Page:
Paul Durand Ruel
Paul Durand-Ruel (Paris, 1831 – Paris, 1922) was a French art dealer and gallery owner. He represented some of the 19th century French painters, especially those from the Barbizon School (Camille Corot, Charles-François Daubigny, Jules Dupré and Théodore Rousseau), and the Impressionists. In 1870, he met in London a number of French artists like Charles-François Daubigny, Claude Monet and Camille Pissarro. There he founded a gallery and started the "Annual Exhibitions of the Society of French Artists".
When Paul Durand-Ruel took over the business after his father's death in 1865, he adopted a more adventurous policy and started selling works by artists such as Eugene Delacroix, Corot, Daubigny and Gustave Courbet, and other painters of the Realist and Barbizon School. On the outbreak of the Franco-Prussian War he moved to London at the same time establishing an agency in Brussels — and opened a gallery in New Bond Street, London. Introduced by Daubigny to Monet and Pissarro, he exhibited their work in London; and on his return to Paris they introduced him to their colleagues and friends. The Chronicle of Impressionism - Art Dealers
Durand-Ruel developed among American collectors this painting market. He opened a branch of his gallery in New York to better serve the American market.
"The American public does not laugh. It buys!"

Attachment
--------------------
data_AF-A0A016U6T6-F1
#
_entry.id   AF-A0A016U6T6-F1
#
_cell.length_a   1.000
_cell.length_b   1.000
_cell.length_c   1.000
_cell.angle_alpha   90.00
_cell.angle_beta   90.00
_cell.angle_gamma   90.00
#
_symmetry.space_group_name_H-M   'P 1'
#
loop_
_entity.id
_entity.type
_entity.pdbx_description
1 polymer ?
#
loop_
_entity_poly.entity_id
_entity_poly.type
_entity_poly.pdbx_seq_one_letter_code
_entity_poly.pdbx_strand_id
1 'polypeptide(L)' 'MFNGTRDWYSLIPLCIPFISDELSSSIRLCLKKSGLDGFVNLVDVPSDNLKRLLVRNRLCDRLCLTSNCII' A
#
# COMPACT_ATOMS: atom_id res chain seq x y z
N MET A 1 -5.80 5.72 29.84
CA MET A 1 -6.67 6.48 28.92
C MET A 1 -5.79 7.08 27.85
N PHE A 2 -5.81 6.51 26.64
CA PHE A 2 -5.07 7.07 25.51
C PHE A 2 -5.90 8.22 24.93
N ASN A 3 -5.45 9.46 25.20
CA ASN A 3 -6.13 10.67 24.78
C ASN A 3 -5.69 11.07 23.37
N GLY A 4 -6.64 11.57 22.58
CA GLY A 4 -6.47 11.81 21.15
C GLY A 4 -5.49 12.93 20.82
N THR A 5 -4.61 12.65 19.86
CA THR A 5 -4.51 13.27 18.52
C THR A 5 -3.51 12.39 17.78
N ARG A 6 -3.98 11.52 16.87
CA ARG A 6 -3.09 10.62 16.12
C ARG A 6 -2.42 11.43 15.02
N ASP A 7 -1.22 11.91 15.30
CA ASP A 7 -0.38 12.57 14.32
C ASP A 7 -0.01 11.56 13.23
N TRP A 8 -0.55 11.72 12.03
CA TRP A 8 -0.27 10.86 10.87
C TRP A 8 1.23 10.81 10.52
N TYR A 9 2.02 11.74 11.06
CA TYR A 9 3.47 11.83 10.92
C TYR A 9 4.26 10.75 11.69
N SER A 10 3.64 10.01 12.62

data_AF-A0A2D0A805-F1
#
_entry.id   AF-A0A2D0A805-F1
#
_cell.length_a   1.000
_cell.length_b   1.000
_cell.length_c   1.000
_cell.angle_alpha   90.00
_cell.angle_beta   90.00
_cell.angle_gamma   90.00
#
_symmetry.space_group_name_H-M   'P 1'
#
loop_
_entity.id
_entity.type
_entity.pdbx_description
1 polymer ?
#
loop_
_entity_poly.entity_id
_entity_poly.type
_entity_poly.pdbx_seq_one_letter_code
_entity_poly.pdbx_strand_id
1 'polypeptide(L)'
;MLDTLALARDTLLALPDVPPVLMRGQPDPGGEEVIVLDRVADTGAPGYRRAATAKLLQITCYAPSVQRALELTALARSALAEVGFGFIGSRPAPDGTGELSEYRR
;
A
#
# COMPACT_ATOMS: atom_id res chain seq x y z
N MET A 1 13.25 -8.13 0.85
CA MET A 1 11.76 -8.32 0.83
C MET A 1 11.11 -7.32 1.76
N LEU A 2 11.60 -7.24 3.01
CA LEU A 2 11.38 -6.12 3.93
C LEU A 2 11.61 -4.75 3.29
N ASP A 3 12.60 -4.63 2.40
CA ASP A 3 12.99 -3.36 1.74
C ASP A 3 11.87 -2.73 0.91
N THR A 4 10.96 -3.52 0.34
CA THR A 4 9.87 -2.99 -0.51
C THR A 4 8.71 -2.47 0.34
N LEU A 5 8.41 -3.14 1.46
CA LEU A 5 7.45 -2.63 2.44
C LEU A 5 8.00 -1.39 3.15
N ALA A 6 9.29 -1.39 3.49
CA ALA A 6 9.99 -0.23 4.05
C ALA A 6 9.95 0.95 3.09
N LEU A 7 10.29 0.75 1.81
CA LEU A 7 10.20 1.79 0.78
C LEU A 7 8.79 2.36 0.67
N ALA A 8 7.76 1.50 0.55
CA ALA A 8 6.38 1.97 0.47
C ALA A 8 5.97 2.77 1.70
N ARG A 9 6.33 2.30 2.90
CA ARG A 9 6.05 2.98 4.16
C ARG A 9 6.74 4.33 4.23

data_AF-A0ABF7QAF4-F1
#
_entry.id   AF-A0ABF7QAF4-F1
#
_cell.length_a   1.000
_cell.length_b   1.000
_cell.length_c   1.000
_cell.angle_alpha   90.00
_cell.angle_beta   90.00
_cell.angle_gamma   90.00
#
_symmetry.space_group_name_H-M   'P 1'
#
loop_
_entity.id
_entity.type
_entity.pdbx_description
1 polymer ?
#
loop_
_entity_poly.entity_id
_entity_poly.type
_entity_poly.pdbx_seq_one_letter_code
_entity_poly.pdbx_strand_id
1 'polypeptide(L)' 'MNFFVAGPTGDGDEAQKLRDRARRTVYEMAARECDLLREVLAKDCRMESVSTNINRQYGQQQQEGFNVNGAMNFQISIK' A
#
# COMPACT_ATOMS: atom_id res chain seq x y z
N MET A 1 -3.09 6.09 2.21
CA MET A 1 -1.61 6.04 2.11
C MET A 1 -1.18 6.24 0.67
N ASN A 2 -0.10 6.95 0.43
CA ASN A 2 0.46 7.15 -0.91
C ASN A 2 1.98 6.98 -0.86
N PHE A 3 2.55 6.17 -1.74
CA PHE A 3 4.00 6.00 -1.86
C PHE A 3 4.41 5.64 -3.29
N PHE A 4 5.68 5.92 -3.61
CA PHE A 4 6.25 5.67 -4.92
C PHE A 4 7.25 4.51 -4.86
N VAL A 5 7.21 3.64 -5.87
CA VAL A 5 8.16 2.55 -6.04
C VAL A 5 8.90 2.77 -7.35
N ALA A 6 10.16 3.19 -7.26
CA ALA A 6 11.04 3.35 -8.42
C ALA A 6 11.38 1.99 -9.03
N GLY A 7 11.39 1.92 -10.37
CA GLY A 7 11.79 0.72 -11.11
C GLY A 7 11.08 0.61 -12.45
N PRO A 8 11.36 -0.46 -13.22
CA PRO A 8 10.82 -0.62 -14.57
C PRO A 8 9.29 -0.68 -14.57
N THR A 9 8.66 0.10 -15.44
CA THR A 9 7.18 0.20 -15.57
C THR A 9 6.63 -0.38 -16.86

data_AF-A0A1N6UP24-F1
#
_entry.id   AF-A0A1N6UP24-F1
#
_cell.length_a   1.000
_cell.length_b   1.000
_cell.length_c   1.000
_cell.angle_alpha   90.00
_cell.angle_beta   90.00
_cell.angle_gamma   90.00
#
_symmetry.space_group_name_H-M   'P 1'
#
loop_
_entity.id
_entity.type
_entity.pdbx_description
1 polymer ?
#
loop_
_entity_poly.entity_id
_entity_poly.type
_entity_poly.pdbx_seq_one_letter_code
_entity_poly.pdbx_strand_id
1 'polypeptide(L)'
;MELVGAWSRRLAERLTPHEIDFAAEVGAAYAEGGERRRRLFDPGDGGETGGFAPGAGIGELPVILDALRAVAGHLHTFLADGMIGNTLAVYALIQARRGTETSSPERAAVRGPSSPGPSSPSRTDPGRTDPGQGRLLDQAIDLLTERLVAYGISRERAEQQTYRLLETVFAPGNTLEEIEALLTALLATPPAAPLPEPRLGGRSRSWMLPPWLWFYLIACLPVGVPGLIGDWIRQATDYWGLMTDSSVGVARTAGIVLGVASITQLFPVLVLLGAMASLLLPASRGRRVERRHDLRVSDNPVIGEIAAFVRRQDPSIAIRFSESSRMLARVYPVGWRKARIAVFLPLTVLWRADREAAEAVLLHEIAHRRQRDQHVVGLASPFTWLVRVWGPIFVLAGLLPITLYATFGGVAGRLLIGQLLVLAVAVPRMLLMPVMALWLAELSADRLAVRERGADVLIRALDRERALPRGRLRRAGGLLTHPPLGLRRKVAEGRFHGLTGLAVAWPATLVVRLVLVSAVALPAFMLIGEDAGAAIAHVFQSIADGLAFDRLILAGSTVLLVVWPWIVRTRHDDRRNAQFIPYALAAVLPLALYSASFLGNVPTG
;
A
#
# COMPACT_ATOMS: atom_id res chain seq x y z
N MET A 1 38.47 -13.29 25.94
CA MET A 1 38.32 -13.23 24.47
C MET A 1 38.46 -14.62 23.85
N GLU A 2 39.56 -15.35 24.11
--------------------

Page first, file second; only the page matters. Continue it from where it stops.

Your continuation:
His father was also an art dealer.
Pissarro’s friend, the painter Daubigny, recommended him to the art dealer Durand-Ruel, who did much for promotion of the Impressionists’ works; he would organize Pissarro’s exhibitions in Paris (1883) and New York (1886).  In this New York exhibition several works of Eugène Boudin were brought.
In 1872, Durand-Ruel began to buy Alfred Sisley’s paintings and to show them both at his gallery on the rue Laffitte in Paris and in London; this relationship would continue throughout Sisley’s career... In April 1876, the second Impressionist exhibition opened at Durand-Ruel’s gallery, 11 rue le Peletier, with eight of Sisley’s paintings on display.  He had exhibitions of Impressionist painters at his Paris and London galleries.
Here they are then, these artists who exhibit in the Durand-Ruel Gallery, linked to those who precede or accompany them. They are no longer isolated. One must not consider them as thrown upon their own devices. I have, therefore, less in view the present exhibition than the cause and the idea. What do they produce? What does the movement produce? And, consequently, what do these artists produce, wrestling with tradition body-to-body, admiring it and wanting to destroy it at the same time, realizing that it is great and powerful, and for that very reason attacking it?THE NEW PAINTING, 1876, Edmond Duranty.